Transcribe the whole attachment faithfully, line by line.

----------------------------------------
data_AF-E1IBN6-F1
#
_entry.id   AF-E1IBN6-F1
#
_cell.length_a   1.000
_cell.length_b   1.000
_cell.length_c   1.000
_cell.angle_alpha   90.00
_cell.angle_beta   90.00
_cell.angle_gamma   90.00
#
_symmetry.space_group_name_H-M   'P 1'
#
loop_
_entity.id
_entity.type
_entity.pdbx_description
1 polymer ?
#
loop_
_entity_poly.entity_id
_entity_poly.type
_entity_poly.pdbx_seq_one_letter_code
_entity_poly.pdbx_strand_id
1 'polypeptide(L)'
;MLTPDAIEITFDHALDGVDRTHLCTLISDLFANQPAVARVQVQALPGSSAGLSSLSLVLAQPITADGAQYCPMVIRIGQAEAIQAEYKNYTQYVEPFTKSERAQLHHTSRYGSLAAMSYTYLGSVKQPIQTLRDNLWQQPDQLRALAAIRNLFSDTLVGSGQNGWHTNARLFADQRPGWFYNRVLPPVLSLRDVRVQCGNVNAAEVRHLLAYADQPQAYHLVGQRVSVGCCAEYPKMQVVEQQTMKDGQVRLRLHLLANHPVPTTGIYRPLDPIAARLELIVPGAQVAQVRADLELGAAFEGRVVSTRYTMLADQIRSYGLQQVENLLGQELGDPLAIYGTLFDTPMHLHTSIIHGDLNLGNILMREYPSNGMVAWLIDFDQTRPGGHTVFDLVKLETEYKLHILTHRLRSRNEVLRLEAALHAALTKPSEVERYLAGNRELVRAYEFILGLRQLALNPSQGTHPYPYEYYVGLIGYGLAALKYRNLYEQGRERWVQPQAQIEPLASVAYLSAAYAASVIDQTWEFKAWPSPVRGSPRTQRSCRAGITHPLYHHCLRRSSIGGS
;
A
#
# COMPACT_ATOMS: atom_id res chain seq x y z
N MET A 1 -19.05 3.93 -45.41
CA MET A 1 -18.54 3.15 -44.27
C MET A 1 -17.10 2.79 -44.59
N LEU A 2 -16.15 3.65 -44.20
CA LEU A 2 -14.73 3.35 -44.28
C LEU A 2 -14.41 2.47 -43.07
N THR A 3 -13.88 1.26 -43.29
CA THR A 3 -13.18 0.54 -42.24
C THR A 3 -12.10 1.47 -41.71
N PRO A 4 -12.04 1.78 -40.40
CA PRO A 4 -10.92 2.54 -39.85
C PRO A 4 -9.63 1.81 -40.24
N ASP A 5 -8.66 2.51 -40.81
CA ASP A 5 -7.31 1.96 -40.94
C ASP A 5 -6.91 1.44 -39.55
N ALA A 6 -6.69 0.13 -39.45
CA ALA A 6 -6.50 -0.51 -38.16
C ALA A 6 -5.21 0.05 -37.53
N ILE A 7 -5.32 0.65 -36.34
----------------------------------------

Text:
data_AF-E1IBN6-F1
#
_entry.id   AF-E1IBN6-F1
#
_cell.length_a   1.000
_cell.length_b   1.000
_cell.length_c   1.000
_cell.angle_alpha   90.00
_cell.angle_beta   90.00
_cell.angle_gamma   90.00
#
_symmetry.space_group_name_H-M   'P 1'
#
loop_
_entity.id
_entity.type
_entity.pdbx_description
1 polymer ?
#
loop_
_entity_poly.entity_id
_entity_poly.type
_entity_poly.pdbx_seq_one_letter_code
_entity_poly.pdbx_strand_id
1 'polypeptide(L)'
;MLTPDAIEITFDHALDGVDRTHLCTLISDLFANQPAVARVQVQALPGSSAGLSSLSLVLAQPITADGAQYCPMVIRIGQAEAIQAEYKNYTQYVEPFTKSERAQLHHTSRYGSLAAMSYTYLGSVKQPIQTLRDNLWQQPDQLRALAAIRNLFSDTLVGSGQNGWHTNARLFADQRPGWFYNRVLPPVLSLRDVRVQCGNVNAAEVRHLLAYADQPQAYHLVGQRVSVGCCAEYPKMQVVEQQTMKDGQVRLRLHLLANHPVPTTGIYRPLDPIAARLELIVPGAQVAQVRADLELGAAFEGRVVSTRYTMLADQIRSYGLQQVENLLGQELGDPLAIYGTLFDTPMHLHTSIIHGDLNLGNILMREYPSNGMVAWLIDFDQTRPGGHTVFDLVKLETEYKLHILTHRLRSRNEVLRLEAALHAALTKPSEVERYLAGNRELVRAYEFILGLRQLALNPSQGTHPYPYEYYVGLIGYGLAALKYRNLYEQGRERWVQPQAQIEPLASVAYLSAAYAASVIDQTWEFKAWPSPVRGSPRTQRSCRAGITHPLYHHCLRRSSIGGS
;
A
#
# COMPACT_ATOMS: atom_id res chain seq x y z
N MET A 1 -19.05 3.93 -45.41
CA MET A 1 -18.54 3.15 -44.27
C MET A 1 -17.10 2.79 -44.59
N LEU A 2 -16.15 3.65 -44.20
CA LEU A 2 -14.73 3.35 -44.28
C LEU A 2 -14.41 2.47 -43.07
N THR A 3 -13.88 1.26 -43.29
CA THR A 3 -13.18 0.54 -42.24
C THR A 3 -12.10 1.47 -41.71
N PRO A 4 -12.04 1.78 -40.40
CA PRO A 4 -10.92 2.54 -39.85
C PRO A 4 -9.63 1.81 -40.24
N ASP A 5 -8.66 2.51 -40.81
CA ASP A 5 -7.31 1.96 -40.94
C ASP A 5 -6.91 1.44 -39.55
N ALA A 6 -6.69 0.13 -39.45
CA ALA A 6 -6.50 -0.51 -38.16
C ALA A 6 -5.21 0.05 -37.53
N ILE A 7 -5.32 0.65 -36.34